Hostilities Rising In the South Atlantic

BY BIANCA OLIVADOTI — Off the Southern tip of South America lies a small set of islands with abundant natural resources. These islands, known in Argentina as the Malvinas and elsewhere as the Falkland Islands, have grappled with their sovereignty almost continuously since they were first inhabited in the 1800’s. The quarrel between the Falklands’ neighboring country, Argentina, and colonial power, the United Kingdom, has consistently caused tension in the region. Although the two countries have, at times, negotiated positions on the territory, there has recently been an increase in hostility related to the jurisdictional struggle over the Falklands’ oil-rich continental shelf. Because of this increase in pressure, the Falklands chose to rely on the principle of self-determination to declare their loyalty to the British Crown. Attempting to observe the appropriate international standards, the Islanders held a referendum on the topic in the early part of 2013.

On March 10-11, 2013, 99.8% of the Islanders voted to remain a British Overseas Territory acheter viagra paypal. The turnout was 92% out of a possible 1,650 participants. All but three people voted yes to the question posed on the ballots: “Do you wish the Falkland Islands to retain their current political status as an overseas territory of the United Kingdom.” In Argentina, the result was dismissed as “trickery that pretends to represent the popular participation of an implanted population.”1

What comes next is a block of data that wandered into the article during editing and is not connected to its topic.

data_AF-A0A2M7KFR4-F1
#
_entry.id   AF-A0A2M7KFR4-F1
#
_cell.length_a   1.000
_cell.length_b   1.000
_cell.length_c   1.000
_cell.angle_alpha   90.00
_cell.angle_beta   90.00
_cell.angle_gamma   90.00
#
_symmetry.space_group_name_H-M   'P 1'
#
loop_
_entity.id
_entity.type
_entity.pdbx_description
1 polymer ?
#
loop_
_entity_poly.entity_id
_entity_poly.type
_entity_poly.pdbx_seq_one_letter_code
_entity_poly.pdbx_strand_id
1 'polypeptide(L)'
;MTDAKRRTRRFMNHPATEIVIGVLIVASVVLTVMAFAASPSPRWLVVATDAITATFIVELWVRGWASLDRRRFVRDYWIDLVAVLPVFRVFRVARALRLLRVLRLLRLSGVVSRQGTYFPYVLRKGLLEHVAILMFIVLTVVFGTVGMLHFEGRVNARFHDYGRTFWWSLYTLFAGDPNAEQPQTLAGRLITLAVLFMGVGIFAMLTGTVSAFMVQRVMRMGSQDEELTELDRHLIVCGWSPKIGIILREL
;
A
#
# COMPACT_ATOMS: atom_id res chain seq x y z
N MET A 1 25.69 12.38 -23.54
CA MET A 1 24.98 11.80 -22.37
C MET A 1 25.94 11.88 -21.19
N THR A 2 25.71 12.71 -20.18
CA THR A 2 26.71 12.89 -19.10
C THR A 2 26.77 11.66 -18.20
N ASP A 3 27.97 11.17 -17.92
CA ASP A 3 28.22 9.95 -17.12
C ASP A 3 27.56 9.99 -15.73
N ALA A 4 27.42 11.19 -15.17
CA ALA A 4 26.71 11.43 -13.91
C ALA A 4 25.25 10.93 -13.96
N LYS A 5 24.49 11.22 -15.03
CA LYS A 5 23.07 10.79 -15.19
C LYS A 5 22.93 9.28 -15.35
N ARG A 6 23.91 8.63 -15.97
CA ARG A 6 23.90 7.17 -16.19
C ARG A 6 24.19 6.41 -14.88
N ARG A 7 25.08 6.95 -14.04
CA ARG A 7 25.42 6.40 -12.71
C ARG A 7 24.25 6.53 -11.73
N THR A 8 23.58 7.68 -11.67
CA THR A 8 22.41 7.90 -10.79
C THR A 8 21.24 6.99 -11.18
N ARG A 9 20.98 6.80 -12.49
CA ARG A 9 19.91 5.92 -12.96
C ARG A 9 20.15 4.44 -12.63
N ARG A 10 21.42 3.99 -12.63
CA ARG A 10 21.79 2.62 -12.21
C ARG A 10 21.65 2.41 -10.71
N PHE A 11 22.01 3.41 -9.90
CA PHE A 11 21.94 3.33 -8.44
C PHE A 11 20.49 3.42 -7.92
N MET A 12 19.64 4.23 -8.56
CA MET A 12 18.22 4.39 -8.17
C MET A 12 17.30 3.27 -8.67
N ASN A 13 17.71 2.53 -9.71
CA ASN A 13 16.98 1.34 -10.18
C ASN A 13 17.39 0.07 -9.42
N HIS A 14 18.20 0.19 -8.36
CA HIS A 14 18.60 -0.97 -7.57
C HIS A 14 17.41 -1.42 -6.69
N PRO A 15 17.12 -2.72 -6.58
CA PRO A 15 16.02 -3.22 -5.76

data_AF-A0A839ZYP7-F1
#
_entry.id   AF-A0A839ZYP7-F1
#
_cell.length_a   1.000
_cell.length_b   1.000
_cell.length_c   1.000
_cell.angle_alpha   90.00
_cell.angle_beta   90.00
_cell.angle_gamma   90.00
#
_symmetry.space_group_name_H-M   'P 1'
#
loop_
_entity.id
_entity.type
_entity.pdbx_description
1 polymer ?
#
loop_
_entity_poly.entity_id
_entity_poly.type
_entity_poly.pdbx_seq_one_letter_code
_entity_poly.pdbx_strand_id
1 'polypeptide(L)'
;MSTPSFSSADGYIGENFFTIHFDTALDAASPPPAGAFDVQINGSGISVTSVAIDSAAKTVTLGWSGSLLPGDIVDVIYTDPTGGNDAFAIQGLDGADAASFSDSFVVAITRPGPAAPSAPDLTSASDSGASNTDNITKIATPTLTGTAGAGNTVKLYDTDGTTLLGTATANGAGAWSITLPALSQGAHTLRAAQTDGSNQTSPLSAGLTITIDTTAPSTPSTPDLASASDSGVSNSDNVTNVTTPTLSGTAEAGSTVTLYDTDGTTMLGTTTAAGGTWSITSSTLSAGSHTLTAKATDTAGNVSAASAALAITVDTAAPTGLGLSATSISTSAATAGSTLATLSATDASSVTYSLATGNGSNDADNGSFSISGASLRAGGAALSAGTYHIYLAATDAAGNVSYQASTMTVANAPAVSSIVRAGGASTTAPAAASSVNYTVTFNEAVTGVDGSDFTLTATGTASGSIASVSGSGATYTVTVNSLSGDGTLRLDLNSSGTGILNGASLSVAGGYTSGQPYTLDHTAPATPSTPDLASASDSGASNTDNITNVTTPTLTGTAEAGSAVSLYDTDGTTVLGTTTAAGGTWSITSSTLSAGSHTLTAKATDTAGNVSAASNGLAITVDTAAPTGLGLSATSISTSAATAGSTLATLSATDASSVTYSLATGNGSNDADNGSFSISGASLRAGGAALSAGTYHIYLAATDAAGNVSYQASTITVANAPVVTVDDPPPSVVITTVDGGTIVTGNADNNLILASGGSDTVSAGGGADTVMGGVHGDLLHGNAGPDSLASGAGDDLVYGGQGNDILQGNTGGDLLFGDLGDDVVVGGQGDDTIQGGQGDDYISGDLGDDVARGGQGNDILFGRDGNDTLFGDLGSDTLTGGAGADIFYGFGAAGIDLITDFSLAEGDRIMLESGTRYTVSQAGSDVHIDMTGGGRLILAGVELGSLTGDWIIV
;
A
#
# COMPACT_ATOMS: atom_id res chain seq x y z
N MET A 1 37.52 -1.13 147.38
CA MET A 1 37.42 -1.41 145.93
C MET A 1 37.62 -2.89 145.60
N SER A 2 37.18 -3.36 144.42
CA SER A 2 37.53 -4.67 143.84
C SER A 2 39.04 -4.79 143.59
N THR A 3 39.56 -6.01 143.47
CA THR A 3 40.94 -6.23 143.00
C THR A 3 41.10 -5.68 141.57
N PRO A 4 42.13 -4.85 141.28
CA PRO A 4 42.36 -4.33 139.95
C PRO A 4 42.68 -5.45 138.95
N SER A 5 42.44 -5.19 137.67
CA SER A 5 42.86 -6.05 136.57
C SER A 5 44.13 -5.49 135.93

In September, Cristina Kirchner (the president of Argentina) accused the British of militarizing the South Atlantic through royal navy submarines. At this point, the UK claims to have no interest starting in hostilities in the region, but asserts that it will do whatever is necessary to “defend the livelihoods and right to self-determination of the 3,000 Falkland Islanders who are being menaced by an Argentine regime that is behaving like a spoilt bully.”2

With this increased tension, there seems to be only a minor likelihood that the referendum will succeed in effectively ending the longstanding sovereignty dispute between the United Kingdom and Argentina. The factors contributing to failure—the existing territorial claims to the Islands, the need to maintain peace in the oil-rich continental shelf, the questionableness of the Islanders’ entitlement to self-determination, and the international community’s optional recognition of the referendum—are far too numerous and compelling to ignore. Indeed, it seems as if the only solution to the current dispute is an effort towards a more cooperative position on the search for oil. While this seems most obvious, Kirchner has taken perhaps the most curious approach – requesting an intervention from Pope Francis himself.

1. Jonathan Watts, Falkland Islands: Respect Overwhelming ‘Yes’ Vote, Cameron Tells Argentina, THE GUARDIAN, March 12, 2013.

2. Nile Gardiner, Cristina Kirchner rails against Britain at the UN over the Falklands, and accuses London of militarising the South Atlantic, THE TELEGRAPH, Sep. 6, 2013.

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